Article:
The colon is divided into four sections: ascending, descending, transverse, and sigmoid. Its main job is to absorb water and salts from meals in the upper digestive system. The rectum is the last portion of the digestive system and stores feces.
The most frequent digestive cancer is large intestine cancer. Colon cancer usually begins as a benign polyp that grows into a malignant tumor over time. Colorectal cancer affects the rectal region (colon’s end). Only 5-10% of these polyps became cancerous.
This is frequent cancer. It has become more common in recent years. Colon cancer is now the third most frequent malignancy in men and women. However, it is a benign tumor with a high cure rate when detected early.
Symptoms of Colon Cancer
When colon cancer is still in its early stages, it is unlikely that any symptoms will be present whatsoever. As the disorder worsens, signs of colon cancer may manifest themselves, and they might include:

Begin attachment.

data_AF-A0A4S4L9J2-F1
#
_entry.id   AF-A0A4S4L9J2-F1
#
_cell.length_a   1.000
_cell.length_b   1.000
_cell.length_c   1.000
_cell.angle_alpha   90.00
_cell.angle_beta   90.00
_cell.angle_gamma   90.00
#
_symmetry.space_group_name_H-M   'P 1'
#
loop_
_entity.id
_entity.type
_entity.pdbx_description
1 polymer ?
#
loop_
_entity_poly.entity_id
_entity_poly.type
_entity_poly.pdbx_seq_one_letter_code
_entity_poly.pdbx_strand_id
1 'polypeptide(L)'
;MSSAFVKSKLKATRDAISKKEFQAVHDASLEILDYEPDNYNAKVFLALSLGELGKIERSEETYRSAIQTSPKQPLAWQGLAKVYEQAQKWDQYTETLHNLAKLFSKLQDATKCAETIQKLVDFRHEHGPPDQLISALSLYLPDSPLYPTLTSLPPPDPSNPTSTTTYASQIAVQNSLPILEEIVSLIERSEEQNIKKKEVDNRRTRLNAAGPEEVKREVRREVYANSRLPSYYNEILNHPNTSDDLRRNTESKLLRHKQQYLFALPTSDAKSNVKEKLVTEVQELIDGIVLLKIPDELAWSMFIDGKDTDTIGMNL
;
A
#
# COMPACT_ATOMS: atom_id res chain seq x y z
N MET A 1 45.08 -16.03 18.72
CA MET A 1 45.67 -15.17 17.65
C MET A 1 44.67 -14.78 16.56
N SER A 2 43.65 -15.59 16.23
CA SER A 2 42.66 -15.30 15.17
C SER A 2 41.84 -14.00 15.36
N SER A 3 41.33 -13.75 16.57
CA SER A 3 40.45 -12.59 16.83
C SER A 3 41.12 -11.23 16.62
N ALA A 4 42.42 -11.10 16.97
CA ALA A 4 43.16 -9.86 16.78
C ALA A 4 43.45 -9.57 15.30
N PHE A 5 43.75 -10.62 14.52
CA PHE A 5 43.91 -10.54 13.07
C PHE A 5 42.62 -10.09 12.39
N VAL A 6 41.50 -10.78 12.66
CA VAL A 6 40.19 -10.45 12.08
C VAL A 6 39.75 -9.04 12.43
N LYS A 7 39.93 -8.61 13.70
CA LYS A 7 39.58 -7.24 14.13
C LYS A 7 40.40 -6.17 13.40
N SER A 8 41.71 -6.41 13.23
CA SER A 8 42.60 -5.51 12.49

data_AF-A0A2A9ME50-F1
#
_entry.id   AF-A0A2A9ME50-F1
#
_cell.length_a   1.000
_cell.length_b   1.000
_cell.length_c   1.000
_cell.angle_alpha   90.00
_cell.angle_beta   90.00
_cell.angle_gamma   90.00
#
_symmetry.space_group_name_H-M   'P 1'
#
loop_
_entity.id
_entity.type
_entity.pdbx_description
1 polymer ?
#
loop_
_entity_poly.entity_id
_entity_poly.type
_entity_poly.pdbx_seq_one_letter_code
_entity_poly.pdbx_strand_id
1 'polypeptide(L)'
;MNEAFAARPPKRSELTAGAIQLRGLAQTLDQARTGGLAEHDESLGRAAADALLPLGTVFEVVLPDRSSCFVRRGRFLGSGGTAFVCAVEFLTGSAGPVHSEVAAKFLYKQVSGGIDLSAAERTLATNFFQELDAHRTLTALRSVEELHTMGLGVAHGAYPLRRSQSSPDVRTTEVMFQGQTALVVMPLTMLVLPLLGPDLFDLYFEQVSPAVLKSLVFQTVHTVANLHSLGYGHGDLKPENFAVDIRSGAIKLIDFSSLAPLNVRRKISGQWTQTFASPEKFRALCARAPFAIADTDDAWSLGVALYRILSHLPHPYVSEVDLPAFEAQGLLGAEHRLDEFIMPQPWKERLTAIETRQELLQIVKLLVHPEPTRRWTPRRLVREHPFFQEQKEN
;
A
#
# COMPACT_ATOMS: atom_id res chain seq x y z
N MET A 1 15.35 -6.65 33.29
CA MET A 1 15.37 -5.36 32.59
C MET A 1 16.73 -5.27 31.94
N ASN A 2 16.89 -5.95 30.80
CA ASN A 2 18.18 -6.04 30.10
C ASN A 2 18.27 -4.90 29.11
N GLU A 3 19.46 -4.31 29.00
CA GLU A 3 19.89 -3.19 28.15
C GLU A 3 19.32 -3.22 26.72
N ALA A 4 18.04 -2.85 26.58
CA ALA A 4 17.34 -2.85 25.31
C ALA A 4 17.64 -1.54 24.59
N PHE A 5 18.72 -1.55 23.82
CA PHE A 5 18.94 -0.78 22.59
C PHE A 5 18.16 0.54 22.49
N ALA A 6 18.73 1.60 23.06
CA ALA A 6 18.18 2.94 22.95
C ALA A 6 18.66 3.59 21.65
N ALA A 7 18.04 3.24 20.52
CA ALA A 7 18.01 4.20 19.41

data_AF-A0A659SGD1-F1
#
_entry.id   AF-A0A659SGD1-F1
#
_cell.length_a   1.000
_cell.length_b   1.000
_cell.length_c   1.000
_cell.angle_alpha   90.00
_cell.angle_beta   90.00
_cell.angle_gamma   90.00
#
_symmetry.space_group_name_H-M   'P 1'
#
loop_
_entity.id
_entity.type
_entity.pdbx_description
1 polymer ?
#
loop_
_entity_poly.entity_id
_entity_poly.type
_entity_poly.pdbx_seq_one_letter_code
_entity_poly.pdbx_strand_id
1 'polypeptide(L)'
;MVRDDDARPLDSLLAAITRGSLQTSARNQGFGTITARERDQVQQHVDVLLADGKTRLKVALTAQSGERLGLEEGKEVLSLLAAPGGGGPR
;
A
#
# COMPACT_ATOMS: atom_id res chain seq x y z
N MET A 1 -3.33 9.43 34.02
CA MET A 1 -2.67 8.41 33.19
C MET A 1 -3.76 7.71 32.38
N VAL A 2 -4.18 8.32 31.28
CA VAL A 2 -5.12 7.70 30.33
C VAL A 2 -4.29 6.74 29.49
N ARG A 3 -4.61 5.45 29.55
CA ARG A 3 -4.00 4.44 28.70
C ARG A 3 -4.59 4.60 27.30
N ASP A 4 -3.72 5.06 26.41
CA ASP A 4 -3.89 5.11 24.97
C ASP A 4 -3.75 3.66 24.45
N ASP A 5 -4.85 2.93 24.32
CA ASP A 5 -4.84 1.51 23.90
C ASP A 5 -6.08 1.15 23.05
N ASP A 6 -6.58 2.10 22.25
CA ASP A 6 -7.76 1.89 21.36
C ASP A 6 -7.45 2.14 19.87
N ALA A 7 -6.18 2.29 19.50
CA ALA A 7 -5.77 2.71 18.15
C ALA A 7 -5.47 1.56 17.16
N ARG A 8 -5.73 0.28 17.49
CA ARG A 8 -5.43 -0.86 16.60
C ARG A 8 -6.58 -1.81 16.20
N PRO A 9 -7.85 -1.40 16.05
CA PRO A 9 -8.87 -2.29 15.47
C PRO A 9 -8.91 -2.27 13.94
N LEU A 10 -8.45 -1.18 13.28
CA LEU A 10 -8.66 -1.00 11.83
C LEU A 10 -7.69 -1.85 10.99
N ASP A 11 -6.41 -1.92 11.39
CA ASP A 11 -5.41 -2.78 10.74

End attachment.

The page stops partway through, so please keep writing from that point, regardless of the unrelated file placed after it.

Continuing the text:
- Loss of weight
- Gas, stomach discomfort, or cramps on a regular basis
- Blood in the stool or from the rectum is a medical emergency.
- Constipation or diarrhea are two different things.
- Bowel discharge that is not complete.
An increased risk of colorectal cancer is a risk factor. Risk factors for colon cancer include:
- Colorectal cancer is most common in those aged 65-74.
- The median diagnostic age is 67.
- Among all racial groupings, African Americans have the highest risk of colon cancer.
- Colon, rectal, or polyp cancer in the family
- IBD (Crohn’s disease or chronic ulcerative colitis)
- Colorectal cancer or polyps history
Some genetic mutations are inherited and raise cancer risk. Genetic diseases including HNPCC (Lynch syndrome) and FAP (Familial Adenomatous Polyposis) might increase your risk of colon cancer.
We provide sophisticated genetic testing and counseling for individuals who are worried about hereditary familial disorders that cause colorectal cancer in order to better understand their risk.
Colorectal cancer risk can be increased by a number of lifestyle factors, including: